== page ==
Treasure hunters found nearly 1,000 items in 2012
Amateur archaeologists with metal detectors found 990 items classified as treasure during 2012, according to figures from the British Museum.
All of the rare coins, rings and brooches contain gold or silver, and many date back more than 1,200 years.
The public reported more than 74,000 other historical items to the Portable Antiquities Scheme, which experts say has "revolutionised archaeology".
More than 900,000 objects have been reported since it started in 1997.
The verification process takes several months, which is why the items submitted in 2012 are only being detailed now.
Neil MacGregor, Director of the British Museum said the scheme, which launched its annual report today, was "ensuring that finds found by ordinary members of the public are rewriting history."
"Many of the most important finds have ended up in museum collections across the country, thanks to the generosity of funding bodies," added MacGregor, who launched the report with culture minister Ed Vaizey.
A total of 8,500 archaeological items have been classified as treasure - which signifies the presence of a precious metal, such as gold or silver - in the past fifteen years.
One man discovered a rare hoard of Anglo-Saxon silver jewellery and pennies while metal-detecting in Norfolk.
They were minted in the name of Edmund, King of East Anglia, and it is thought they were buried for safety as the Vikings attacked England in 865.
Edmund was later captured, tortured and killed by Danish Vikings - being bound to a tree, shot with arrows and decapitated.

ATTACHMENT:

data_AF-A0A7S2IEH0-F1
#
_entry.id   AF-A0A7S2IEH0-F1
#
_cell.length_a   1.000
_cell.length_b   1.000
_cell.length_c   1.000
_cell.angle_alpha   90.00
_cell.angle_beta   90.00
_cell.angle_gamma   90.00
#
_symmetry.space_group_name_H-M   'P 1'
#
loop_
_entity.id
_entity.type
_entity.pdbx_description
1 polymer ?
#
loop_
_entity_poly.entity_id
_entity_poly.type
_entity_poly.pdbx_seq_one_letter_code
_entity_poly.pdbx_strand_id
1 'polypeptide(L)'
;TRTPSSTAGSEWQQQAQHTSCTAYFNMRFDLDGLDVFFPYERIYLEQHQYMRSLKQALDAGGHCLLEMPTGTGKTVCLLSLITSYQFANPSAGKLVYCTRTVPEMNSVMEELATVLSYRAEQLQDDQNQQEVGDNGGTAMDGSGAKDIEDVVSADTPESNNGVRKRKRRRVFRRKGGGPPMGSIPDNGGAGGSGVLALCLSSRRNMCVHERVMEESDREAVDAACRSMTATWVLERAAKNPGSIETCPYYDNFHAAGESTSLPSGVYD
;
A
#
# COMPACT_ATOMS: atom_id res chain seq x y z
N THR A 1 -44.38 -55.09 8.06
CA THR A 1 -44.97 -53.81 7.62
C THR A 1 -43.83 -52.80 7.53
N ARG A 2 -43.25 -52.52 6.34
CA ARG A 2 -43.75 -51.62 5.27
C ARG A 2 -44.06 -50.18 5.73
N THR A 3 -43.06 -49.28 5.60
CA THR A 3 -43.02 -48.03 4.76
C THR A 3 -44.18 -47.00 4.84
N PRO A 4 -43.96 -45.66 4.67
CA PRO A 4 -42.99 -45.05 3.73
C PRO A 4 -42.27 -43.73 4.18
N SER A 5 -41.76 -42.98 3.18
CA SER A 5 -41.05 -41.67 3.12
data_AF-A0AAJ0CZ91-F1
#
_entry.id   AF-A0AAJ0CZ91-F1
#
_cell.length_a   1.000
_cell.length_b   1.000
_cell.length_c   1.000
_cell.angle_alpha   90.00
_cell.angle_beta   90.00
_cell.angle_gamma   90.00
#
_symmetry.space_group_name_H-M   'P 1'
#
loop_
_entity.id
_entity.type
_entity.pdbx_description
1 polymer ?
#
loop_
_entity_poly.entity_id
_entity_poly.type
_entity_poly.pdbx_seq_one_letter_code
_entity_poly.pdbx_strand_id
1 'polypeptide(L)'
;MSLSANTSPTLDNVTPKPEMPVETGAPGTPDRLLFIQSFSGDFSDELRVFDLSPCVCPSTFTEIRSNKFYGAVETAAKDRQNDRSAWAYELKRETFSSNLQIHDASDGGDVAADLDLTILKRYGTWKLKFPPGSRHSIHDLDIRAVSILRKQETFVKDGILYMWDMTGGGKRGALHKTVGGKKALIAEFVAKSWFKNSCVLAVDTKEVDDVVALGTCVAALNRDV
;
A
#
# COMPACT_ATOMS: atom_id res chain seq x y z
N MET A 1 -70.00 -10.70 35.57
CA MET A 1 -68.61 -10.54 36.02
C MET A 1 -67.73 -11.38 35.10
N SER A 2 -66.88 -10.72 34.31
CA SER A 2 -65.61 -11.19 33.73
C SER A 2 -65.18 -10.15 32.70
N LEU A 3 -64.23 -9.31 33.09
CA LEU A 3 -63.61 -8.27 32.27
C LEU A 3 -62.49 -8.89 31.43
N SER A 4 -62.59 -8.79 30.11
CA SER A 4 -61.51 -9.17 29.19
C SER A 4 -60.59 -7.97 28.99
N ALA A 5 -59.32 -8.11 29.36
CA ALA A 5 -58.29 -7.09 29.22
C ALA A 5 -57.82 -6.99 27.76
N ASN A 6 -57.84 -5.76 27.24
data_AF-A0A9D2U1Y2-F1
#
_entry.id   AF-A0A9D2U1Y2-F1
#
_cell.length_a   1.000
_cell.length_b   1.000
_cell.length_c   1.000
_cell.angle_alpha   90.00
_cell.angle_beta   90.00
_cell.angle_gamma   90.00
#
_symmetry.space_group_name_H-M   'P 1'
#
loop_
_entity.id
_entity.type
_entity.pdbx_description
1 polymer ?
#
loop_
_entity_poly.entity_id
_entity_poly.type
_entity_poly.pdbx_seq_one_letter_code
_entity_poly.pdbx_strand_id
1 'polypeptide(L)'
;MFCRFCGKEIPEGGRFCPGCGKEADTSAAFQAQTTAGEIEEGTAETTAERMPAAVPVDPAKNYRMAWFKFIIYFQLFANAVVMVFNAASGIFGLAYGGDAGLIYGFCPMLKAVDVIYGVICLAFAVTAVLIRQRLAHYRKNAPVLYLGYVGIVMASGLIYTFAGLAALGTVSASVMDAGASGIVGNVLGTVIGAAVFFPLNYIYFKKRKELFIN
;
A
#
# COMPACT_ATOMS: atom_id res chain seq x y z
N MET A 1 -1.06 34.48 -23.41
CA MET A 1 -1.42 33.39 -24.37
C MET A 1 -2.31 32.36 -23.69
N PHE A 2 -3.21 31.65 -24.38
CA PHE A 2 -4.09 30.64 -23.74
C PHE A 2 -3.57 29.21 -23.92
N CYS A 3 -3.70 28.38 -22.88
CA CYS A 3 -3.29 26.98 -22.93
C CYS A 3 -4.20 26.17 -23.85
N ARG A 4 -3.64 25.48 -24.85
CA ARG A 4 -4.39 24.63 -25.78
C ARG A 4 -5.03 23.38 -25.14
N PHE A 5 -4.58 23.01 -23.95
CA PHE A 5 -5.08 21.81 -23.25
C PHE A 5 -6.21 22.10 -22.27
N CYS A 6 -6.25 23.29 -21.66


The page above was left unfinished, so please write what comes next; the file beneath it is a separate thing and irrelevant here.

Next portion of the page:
Roman coins dating back to the 2nd century AD were discovered by Alan Bates while metal detecting in Knutsford, Cheshire in May 2012.
And three friends in Kingston Russell, Dorset, found a post-medieval silver jug, which may have been buried during the English Civil War for safekeeping.
Another hoard of coins and silver jewellery, including Roman rings and brooches, was discovered in Knutsford, Cheshire and a 5,000-year-old stone tool was found on the banks of the River Thames in West London.
The British Museum said the public's fascination with archaeology was growing, as highlighted by the success of ITV's programme Britain's Secret Treasures.
The second series, which aired in the autumn last year, was watched by an average of 2.8 million viewers.
"I always find it fascinating to hear about the archaeological discoveries found by everyday people," said Mr Vaizey.
"The excitement of discovery is so exciting that it is important that the stories about these finds and their contribution to archaeology are known and shared."
He added that the work of amateurs, volunteers and museum curators meant "we now know much more about how people lived and worked in the past".